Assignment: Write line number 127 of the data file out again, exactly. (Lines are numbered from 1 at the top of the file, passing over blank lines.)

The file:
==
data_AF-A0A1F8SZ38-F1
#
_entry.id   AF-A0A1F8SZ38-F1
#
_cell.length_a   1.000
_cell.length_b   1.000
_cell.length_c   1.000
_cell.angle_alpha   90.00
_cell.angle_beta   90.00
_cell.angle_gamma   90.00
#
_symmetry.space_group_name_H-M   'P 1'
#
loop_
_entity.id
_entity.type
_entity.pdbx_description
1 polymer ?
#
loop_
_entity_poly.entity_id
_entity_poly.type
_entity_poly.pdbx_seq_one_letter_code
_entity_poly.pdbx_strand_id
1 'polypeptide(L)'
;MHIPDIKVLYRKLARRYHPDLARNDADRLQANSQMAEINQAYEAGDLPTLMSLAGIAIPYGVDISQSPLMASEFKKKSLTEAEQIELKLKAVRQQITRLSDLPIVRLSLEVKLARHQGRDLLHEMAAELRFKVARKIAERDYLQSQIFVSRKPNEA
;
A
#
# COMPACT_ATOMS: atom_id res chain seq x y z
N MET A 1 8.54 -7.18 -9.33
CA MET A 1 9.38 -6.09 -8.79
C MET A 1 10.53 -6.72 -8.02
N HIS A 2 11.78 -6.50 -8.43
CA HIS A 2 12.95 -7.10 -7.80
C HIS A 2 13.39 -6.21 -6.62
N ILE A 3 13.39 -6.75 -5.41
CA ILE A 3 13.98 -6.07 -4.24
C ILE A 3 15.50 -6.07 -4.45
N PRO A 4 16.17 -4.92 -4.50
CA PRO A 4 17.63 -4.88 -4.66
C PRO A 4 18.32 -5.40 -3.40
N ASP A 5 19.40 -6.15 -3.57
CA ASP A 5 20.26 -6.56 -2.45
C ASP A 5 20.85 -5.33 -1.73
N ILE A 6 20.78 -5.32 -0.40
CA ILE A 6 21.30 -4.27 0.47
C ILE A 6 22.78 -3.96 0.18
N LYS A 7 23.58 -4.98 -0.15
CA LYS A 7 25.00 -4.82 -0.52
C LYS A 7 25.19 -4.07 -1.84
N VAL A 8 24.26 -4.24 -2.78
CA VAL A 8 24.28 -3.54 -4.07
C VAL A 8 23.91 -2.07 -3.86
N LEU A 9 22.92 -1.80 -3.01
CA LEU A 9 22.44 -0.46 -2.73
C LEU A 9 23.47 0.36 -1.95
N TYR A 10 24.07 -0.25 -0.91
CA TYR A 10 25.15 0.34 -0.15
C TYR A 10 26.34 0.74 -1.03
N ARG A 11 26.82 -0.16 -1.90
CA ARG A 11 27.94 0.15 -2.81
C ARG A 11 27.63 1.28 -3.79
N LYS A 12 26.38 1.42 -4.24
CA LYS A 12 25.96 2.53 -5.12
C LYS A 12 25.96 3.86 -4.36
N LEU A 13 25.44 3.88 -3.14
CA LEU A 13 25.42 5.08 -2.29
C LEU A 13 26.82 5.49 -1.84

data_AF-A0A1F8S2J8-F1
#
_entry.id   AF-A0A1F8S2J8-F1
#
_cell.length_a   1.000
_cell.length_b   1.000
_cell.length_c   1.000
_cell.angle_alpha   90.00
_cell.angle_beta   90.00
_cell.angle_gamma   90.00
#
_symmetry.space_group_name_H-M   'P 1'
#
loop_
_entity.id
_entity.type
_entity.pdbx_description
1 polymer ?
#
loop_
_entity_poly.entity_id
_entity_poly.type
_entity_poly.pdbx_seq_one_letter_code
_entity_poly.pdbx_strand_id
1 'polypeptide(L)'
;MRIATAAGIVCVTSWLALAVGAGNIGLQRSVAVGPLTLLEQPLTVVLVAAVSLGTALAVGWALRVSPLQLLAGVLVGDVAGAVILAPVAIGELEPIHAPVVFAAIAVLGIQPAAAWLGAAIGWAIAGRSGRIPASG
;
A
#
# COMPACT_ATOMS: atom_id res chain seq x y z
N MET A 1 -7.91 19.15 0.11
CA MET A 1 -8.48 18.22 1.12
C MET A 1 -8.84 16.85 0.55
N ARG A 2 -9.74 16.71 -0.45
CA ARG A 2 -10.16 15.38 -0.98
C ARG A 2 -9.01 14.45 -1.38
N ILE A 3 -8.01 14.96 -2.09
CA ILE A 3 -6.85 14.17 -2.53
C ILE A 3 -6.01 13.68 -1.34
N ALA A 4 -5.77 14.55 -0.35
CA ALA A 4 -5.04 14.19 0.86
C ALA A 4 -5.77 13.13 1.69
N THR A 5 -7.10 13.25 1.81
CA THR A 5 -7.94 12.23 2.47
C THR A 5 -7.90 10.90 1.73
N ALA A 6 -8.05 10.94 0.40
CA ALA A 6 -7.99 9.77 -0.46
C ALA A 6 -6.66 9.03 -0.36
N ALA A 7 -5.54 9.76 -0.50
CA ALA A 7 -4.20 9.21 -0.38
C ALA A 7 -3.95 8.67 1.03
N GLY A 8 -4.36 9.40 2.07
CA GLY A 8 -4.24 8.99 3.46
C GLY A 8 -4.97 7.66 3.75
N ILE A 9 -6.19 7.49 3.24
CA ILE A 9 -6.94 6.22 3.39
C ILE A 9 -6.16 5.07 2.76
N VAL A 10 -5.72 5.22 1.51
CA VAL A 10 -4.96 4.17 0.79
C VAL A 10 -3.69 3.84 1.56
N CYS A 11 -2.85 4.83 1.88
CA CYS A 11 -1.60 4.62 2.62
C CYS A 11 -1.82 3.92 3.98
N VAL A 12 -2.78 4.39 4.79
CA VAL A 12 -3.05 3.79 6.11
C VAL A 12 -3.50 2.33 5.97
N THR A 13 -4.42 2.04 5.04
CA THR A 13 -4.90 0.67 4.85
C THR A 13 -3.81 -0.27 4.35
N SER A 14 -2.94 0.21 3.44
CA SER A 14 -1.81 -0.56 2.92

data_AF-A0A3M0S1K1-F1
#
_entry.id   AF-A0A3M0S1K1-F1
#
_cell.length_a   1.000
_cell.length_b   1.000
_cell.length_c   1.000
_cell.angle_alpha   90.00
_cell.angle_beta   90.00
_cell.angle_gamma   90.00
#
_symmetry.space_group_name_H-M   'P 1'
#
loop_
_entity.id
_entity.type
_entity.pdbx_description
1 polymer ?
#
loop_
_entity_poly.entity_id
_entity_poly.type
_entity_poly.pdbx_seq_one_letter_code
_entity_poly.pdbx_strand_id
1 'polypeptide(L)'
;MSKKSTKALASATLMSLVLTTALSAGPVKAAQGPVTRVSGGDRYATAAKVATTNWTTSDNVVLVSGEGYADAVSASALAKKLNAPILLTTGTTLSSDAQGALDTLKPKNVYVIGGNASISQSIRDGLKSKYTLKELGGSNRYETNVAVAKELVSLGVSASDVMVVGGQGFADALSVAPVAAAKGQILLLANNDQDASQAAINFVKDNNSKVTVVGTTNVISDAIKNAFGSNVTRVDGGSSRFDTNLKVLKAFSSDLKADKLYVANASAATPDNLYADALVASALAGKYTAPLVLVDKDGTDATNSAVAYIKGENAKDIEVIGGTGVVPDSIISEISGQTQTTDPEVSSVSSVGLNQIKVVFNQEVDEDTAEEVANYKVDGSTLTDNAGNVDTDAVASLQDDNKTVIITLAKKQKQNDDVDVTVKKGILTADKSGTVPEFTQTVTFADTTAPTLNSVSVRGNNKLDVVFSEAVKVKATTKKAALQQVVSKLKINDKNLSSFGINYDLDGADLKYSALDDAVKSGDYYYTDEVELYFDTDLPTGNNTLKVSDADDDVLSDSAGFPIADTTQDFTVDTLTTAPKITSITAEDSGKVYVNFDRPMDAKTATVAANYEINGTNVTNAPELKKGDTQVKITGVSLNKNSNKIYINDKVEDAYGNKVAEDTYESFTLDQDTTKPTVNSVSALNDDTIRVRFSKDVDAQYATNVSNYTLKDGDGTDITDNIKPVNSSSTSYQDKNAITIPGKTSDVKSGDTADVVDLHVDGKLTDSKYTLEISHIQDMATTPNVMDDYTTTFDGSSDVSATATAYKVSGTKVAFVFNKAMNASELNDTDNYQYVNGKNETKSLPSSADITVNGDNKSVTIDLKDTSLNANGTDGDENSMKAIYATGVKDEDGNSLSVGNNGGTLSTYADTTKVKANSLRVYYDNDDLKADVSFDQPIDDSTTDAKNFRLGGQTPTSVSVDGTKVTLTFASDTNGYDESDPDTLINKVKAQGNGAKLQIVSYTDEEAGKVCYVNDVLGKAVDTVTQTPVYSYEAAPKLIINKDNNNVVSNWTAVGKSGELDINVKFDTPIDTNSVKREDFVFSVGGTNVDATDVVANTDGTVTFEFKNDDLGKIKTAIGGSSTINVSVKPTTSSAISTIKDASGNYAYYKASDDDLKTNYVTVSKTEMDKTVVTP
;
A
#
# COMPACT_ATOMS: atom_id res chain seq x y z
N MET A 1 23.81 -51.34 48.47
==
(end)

N VAL A 10 -5.72 5.22 1.51